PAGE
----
Good Times on Good Neighbor Peak
In May 1993 I met Bill Pilling and Karl Dietrich in Yakutat.
We had just completed the forth ascent of Mount Augusta while they had put up a
new route on the south summit of Mount Vancouver, Good Neighbor Peak. Bill
wasn’t the World’s biggest advertisement for the route, having smashed his leg
up in a crevasse fall on the descent and had just spent several days getting
back to their basecamp. His leg was about twice this size it should have been
and didn’t seem to bend so good.
Now it had come full circle. Simeon and I were camped below
the initial couloir on the S Rib at 8260’. We had four day’s food and fuel for
maybe six days. Our plan to climb the route in three to four days and descend
the S Spur of the SE Ridge in another day. The Mark Twight packing algorithm
had been applied to the full and all extraneous gear had been left behind.
It was now May 16th 2005. That afternoon we’d
skied from our basecamp and descended a 600’ couloir to gain the glacier below
Vancouver’s SW face. The whole thing didn’t get off to an auspicious start when the
bergshrund completely collapsed on Simeon leaving him hanging in free space. Thankfully
I’d had a good belay and we extracted ourselves from the whole mess. I found a
rock anchor and after blowing some of our precious rappel tape was able to join
him. We briefly pondered how we were going to get back up the couloir, and then
set off up the edge of the glacier to our proposed bivvi below the tip of the S
The following morning we awoke at 6am to find the tent
clouded in. An hour later the weather had cleared somewhat and we set off up
the initial couloir. The bergshrund at the base proved insurmountable but we
were able to gain the couloir by climbing an adjacent one to the left and then traversing
some mixed ground. Simeon got the ball rolling and kicked steps up the already
soft snow to the top of the couloir at around 9150’. The rock on the S Spur was
rumored to be of dubious quality in places and came up with the goods. We
simul-climbed the entire day trying to stick with the crest wherever possible,
although employing slightly different tactics to deal with the looser sections.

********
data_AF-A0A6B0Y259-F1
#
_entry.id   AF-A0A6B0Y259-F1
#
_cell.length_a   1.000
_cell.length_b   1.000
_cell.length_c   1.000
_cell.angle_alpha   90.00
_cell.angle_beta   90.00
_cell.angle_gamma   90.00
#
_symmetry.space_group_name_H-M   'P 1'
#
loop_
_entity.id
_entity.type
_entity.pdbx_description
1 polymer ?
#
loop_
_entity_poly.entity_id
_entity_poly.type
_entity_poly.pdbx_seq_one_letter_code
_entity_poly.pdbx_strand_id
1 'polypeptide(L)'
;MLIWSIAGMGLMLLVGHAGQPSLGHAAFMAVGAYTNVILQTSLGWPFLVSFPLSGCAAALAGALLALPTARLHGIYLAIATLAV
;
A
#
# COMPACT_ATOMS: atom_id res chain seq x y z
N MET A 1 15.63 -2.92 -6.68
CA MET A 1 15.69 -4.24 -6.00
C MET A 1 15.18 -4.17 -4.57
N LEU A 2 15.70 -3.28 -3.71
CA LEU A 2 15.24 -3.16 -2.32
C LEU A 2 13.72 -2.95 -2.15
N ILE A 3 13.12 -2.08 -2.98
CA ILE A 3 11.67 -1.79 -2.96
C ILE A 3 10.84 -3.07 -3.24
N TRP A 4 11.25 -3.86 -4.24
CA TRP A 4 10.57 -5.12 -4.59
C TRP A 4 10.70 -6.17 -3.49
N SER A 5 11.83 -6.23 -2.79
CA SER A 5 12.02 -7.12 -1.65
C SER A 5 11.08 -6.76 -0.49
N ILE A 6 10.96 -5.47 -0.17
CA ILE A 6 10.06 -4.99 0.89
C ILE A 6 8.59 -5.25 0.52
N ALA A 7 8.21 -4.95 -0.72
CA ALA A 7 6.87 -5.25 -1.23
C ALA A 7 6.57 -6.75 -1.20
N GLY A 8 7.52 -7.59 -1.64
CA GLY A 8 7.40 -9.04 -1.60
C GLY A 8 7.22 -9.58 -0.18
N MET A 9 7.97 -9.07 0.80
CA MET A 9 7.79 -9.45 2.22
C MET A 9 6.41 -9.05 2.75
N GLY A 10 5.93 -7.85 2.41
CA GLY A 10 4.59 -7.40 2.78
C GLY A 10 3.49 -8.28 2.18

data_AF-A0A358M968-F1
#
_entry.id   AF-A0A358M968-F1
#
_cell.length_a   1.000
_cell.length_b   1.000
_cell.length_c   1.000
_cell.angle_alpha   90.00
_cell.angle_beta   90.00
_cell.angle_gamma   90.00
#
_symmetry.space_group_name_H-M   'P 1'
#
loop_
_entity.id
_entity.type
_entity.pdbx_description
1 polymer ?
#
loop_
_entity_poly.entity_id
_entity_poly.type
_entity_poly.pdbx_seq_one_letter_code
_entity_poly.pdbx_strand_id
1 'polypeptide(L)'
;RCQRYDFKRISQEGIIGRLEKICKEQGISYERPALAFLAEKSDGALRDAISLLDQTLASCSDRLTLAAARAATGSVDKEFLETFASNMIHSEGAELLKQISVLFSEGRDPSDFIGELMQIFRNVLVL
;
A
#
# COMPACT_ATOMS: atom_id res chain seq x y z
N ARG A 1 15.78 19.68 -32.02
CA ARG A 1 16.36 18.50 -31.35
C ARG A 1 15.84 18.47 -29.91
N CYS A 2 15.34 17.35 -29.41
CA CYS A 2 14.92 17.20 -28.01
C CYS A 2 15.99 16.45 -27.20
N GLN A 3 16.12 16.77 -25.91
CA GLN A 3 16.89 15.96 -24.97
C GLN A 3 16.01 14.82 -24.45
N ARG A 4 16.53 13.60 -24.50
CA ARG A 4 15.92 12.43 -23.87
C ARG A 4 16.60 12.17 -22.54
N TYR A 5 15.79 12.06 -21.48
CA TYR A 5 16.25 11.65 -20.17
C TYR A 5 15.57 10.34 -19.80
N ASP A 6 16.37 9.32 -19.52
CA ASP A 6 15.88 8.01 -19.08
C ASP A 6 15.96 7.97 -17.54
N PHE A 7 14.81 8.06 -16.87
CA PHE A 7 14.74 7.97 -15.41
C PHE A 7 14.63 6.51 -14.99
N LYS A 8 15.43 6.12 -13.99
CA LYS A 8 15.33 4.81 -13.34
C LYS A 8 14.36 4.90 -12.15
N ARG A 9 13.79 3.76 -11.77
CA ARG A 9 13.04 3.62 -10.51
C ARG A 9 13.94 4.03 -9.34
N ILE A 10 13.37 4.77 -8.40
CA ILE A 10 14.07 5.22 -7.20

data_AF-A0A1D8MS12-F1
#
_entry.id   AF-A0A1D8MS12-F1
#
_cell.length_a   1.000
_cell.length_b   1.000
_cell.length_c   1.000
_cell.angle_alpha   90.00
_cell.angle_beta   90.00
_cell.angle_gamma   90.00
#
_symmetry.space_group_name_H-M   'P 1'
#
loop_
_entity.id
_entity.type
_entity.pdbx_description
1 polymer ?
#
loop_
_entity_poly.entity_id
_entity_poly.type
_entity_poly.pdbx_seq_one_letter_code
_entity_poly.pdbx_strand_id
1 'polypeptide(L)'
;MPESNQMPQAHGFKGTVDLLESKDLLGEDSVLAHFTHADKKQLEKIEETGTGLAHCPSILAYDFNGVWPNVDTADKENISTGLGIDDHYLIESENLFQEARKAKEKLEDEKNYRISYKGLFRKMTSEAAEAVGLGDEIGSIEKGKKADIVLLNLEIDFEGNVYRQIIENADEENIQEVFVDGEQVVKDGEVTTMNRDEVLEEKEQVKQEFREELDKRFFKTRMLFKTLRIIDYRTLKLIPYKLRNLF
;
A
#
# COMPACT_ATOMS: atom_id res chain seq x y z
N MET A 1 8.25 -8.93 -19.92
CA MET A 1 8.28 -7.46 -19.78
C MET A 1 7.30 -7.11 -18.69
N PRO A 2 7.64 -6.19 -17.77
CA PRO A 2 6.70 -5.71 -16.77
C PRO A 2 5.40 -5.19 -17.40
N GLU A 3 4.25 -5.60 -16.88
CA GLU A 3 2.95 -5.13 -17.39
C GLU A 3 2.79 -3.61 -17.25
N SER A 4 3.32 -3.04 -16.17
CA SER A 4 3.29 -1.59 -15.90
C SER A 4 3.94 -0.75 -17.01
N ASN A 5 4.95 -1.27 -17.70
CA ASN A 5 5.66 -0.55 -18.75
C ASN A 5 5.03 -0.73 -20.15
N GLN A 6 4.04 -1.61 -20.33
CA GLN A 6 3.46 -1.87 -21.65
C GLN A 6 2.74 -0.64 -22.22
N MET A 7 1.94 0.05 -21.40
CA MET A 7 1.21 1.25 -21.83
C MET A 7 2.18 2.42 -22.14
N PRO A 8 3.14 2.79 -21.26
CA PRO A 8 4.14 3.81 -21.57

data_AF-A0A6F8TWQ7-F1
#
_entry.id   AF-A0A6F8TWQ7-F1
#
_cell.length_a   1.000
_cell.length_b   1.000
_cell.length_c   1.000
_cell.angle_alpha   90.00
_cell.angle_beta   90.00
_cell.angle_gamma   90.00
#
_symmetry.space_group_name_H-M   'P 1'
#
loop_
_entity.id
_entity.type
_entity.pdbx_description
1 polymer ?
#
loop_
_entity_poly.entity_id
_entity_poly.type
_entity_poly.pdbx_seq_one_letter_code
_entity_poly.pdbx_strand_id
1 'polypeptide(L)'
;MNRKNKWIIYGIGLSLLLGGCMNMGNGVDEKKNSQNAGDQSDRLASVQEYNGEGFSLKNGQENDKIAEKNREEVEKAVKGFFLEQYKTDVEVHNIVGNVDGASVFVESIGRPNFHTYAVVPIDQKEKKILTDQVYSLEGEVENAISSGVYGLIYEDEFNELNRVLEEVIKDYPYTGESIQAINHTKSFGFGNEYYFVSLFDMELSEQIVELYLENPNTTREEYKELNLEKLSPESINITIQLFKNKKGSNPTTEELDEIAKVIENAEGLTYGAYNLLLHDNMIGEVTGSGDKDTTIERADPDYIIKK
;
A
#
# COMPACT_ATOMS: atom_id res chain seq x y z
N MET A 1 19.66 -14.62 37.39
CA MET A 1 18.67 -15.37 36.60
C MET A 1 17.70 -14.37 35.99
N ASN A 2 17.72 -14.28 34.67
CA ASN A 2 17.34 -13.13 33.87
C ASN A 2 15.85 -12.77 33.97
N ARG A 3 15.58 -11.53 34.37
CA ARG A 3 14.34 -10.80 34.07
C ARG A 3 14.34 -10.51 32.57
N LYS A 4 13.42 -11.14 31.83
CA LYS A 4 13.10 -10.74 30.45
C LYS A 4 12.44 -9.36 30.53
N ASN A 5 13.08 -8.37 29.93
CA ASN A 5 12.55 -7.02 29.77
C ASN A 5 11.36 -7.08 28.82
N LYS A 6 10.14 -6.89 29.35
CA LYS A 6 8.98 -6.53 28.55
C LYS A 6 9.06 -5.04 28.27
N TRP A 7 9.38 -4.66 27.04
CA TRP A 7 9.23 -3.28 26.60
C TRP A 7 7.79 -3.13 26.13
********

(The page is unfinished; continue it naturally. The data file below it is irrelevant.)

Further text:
Simeon being of the leave it be school, whereas I’m firm believer in the Don
“trundle” Serl ethic.
We eventually found a reasonable bivvi spot at 10,630’. At
this point the ridge becomes snowy and has some flat sculpted spots large
enough for a Bibler. Traversing the final icy section to get to bivvi nirvana
provided the opportunity for more excitement when one of my crampons detached.
I swore even more than usual while pondering the possibility of an exciting, if
brief, final inspection of the S face. Simeon fixed up a belay and worried
about the possibility of a forced retreat, albeit a slower one. Thankfully the
strap had kept it hanging from my ankle and we were able to get our shit back
together and make flatter ground where we anchored ourselves and the tent
before settling in for the night.
We awoke to find it colder and windy. The inevitable wait
for the sun on the tent ensued. Simeon and I aren’t exactly the best practitioners
of the prompt alpine start and this route didn’t look like it was going to
This was probably the last point on the ridge at which
retreat would be possible, as you could descend a snow couloir on the west side
of the ridge. We were also able to spend some time looking at the SE Ridge
descent route; it looked less than promising. There appeared to be a big break
in the ridge at around 11,000’ where it became a jumble of seracs. Still, it
had been climbed so presumably could be descended.
Above 10,500’ the route moves to the left (west) side of the
ridge and climbs a couloir system for two thousand feet. We could see this from
our tent, although getting into the base of the couloir from the ridge seemed
tricky. Eventually we were forced to rappel into the couloir at about 11’000.
Simeon set off up the couloir and disappeared into a narrow section about a
hundred feet above me. It soon became apparent that things weren’t going quite